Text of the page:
How can I be sure? Actually, I’m not. But what alternative do we have? Everything I can think of seems much worse.

12 thoughts on “Why every academic under 60 must have a blog

  1. X writes something on a blog. Then Z comments, disagreeing with the post. X thinks “Oh no, people don’t understand my argument. There are probably lots of other people who do not read my blog but who, if they were aware of my argument, would also misunderstand it. I had better publish a paper with additional explanations in it, in order to clear up the confusion that would have arisen if I had published a paper which merely reproduced this blog entry”.

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  2. Would it be OK if we were simply required to COMMENT on other people’s blogs? The lust to comment has certainly decreased my research productivity, so much so that I am trying to kick the habit in order to churn out more papers (which would obviously be a Bad Thing).. Many others might be tempted into an appropriate degree of research inactivity by encouraging them to indulge their propensity to snark, pontificate and make feeble jokes on the webpages of people slightly more original than they are themselves. Indeed the policy of encouraging comments would be both kinder and easier to enforce. To write a blog you must have SOME thoughts of your own no matter how uninteresting. If your are posting a comment you are feeding off the creativity of others which is obviously less demanding. A policy of ‘A comment a day keeps redundancy at bay’ could be expected to meet a high level of compliance thus staunching the flow of unwanted papers.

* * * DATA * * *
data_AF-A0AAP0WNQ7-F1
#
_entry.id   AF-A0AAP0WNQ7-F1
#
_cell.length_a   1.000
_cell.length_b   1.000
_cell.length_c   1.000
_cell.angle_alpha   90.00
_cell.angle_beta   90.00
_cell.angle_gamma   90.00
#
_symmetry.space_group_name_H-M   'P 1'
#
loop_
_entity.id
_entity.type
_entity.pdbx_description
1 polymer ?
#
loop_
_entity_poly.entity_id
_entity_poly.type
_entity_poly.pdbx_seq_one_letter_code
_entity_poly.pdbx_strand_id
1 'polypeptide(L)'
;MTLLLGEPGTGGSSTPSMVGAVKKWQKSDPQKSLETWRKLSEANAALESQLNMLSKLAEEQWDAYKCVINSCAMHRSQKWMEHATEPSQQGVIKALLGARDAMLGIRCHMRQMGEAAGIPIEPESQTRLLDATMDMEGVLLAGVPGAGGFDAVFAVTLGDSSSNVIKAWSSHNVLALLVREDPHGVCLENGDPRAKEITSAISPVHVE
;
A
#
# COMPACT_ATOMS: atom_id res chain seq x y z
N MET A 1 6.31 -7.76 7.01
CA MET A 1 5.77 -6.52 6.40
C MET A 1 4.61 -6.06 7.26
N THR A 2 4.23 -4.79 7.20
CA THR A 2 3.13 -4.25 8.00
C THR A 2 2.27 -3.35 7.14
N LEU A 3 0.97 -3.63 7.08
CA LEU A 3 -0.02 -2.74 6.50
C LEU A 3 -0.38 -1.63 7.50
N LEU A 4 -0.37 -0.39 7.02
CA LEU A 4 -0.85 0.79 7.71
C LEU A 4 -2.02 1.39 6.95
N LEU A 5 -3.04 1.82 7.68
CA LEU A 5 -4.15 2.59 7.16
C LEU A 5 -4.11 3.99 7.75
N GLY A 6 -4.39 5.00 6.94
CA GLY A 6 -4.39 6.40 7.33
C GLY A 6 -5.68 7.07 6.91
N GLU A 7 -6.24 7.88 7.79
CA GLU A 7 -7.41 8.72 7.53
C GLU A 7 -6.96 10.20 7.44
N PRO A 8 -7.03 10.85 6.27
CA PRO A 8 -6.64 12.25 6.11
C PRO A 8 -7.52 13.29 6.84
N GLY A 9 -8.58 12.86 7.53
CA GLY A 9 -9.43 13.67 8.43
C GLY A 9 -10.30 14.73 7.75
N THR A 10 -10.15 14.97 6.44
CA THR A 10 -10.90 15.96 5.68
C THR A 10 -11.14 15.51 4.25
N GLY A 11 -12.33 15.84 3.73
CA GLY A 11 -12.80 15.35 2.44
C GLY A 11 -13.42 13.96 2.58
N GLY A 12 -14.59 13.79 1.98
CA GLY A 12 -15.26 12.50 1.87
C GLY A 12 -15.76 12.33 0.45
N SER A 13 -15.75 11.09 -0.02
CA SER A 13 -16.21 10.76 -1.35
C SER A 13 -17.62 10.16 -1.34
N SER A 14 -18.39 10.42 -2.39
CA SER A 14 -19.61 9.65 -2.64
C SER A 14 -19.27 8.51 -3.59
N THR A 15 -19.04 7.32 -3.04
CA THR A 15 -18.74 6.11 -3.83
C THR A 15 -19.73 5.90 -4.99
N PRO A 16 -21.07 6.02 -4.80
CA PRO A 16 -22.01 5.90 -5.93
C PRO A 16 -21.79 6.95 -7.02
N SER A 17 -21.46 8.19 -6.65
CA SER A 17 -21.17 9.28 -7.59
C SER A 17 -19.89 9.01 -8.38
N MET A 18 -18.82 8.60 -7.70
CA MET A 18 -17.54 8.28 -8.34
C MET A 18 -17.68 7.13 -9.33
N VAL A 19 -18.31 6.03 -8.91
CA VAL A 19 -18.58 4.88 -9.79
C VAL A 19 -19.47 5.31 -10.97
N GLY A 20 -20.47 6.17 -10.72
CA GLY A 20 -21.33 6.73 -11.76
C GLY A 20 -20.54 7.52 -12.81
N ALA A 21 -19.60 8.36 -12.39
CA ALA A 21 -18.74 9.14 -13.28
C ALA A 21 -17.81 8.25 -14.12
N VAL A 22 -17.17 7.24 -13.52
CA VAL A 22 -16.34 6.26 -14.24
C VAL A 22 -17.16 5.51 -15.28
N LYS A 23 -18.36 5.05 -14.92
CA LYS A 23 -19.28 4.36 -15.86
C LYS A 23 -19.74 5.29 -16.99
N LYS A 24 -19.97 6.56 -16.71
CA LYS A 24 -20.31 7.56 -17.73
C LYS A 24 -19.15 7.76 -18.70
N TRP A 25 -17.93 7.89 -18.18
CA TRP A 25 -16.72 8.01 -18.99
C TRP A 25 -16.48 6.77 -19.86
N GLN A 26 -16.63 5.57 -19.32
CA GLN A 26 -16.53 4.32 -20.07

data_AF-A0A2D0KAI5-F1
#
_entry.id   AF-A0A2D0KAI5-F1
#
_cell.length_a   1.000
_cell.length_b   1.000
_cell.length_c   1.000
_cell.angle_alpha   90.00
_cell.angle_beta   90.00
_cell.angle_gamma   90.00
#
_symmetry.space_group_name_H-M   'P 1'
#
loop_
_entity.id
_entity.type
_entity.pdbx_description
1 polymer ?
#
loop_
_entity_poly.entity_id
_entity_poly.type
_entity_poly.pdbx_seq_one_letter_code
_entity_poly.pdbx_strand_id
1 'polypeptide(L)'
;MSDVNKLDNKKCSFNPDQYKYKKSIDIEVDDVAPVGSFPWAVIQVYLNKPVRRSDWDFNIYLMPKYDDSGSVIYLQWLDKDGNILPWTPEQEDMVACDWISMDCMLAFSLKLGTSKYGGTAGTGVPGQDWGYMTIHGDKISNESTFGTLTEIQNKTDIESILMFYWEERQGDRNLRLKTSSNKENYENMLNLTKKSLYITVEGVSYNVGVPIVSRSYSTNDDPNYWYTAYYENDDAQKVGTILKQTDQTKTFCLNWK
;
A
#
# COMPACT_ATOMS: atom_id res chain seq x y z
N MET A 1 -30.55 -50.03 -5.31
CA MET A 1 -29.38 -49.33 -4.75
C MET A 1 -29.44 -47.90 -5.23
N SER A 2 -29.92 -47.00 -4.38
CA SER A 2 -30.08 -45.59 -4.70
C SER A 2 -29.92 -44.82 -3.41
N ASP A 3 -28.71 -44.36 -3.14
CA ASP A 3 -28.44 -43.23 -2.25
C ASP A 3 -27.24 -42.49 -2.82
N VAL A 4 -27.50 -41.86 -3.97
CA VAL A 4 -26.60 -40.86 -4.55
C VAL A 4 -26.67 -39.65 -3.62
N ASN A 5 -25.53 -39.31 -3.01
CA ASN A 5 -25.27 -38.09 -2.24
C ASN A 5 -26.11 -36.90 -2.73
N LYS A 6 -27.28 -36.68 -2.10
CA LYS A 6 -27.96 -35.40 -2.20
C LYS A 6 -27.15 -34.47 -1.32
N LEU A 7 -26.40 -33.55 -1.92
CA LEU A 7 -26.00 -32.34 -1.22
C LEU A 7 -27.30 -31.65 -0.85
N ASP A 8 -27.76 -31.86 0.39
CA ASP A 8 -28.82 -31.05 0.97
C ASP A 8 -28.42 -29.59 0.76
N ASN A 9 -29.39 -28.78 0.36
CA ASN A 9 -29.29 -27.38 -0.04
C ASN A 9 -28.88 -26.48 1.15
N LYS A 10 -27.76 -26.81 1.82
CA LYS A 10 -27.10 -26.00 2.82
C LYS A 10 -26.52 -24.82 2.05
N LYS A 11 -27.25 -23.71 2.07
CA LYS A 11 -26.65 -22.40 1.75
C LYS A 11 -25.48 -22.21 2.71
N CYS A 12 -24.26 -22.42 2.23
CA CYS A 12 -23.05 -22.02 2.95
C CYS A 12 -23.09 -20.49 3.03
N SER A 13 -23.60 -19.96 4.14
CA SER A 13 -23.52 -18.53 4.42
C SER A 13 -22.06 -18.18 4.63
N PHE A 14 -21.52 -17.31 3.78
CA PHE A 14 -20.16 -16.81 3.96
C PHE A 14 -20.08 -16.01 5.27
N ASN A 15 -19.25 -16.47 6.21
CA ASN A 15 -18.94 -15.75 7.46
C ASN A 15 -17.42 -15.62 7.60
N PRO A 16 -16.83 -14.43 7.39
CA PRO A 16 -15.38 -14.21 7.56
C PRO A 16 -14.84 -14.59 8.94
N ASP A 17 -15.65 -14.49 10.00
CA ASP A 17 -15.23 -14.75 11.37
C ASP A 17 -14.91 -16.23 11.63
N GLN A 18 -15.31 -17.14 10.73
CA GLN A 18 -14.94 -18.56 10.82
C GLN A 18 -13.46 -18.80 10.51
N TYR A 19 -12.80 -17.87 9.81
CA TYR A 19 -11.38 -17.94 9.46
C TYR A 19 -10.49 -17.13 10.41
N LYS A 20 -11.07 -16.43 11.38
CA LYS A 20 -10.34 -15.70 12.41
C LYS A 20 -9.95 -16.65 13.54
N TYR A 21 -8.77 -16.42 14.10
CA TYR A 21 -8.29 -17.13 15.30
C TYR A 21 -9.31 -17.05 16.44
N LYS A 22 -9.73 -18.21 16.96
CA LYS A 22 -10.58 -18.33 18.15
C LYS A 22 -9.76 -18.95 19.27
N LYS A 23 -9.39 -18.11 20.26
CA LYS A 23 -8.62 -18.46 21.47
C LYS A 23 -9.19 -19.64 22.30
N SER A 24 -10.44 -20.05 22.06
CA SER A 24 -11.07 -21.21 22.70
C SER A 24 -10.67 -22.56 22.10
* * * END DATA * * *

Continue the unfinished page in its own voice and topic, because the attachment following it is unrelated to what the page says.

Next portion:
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    • “To write a blog you must have SOME thoughts of your own no matter how uninteresting”.

      I’m not so sure about that. But in any case, having one’s own thoughts strikes me as a weak reason to inflict them on other people. What I like about blogs is they reduce the collateral damage of thinking, and writing. If any reads this, for instance, they have only themselves to blame.